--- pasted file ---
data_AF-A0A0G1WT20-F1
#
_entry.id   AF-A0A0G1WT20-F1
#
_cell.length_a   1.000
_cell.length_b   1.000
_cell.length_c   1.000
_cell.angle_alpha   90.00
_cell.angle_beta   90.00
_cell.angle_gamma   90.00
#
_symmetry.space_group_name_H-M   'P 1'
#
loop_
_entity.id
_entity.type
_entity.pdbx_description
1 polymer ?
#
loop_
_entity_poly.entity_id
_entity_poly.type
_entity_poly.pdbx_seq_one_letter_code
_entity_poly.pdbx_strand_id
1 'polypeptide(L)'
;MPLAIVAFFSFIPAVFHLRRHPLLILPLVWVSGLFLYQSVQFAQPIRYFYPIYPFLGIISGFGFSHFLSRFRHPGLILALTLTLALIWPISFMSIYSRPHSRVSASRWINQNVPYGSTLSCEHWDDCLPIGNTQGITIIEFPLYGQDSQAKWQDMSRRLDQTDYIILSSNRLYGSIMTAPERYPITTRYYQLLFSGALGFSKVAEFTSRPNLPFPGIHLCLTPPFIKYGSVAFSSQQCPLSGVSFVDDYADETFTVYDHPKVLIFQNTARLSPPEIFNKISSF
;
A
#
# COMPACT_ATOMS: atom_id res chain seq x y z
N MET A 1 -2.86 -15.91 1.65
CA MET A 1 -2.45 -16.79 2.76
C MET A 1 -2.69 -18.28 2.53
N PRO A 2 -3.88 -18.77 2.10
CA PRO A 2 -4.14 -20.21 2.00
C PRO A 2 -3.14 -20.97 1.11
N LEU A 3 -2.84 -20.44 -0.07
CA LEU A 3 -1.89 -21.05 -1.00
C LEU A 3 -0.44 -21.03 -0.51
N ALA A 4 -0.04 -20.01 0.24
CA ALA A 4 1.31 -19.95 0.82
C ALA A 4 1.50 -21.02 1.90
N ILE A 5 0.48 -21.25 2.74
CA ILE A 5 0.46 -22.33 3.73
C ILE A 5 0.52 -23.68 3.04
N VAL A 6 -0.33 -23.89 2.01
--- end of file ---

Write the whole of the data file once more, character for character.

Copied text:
data_AF-A0A0G1WT20-F1
#
_entry.id   AF-A0A0G1WT20-F1
#
_cell.length_a   1.000
_cell.length_b   1.000
_cell.length_c   1.000
_cell.angle_alpha   90.00
_cell.angle_beta   90.00
_cell.angle_gamma   90.00
#
_symmetry.space_group_name_H-M   'P 1'
#
loop_
_entity.id
_entity.type
_entity.pdbx_description
1 polymer ?
#
loop_
_entity_poly.entity_id
_entity_poly.type
_entity_poly.pdbx_seq_one_letter_code
_entity_poly.pdbx_strand_id
1 'polypeptide(L)'
;MPLAIVAFFSFIPAVFHLRRHPLLILPLVWVSGLFLYQSVQFAQPIRYFYPIYPFLGIISGFGFSHFLSRFRHPGLILALTLTLALIWPISFMSIYSRPHSRVSASRWINQNVPYGSTLSCEHWDDCLPIGNTQGITIIEFPLYGQDSQAKWQDMSRRLDQTDYIILSSNRLYGSIMTAPERYPITTRYYQLLFSGALGFSKVAEFTSRPNLPFPGIHLCLTPPFIKYGSVAFSSQQCPLSGVSFVDDYADETFTVYDHPKVLIFQNTARLSPPEIFNKISSF
;
A
#
# COMPACT_ATOMS: atom_id res chain seq x y z
N MET A 1 -2.86 -15.91 1.65
CA MET A 1 -2.45 -16.79 2.76
C MET A 1 -2.69 -18.28 2.53
N PRO A 2 -3.88 -18.77 2.10
CA PRO A 2 -4.14 -20.21 2.00
C PRO A 2 -3.14 -20.97 1.11
N LEU A 3 -2.84 -20.44 -0.07
CA LEU A 3 -1.89 -21.05 -1.00
C LEU A 3 -0.44 -21.03 -0.51
N ALA A 4 -0.04 -20.01 0.24
CA ALA A 4 1.31 -19.95 0.82
C ALA A 4 1.50 -21.02 1.90
N ILE A 5 0.48 -21.25 2.74
CA ILE A 5 0.46 -22.33 3.73
C ILE A 5 0.52 -23.68 3.04
N VAL A 6 -0.33 -23.89 2.01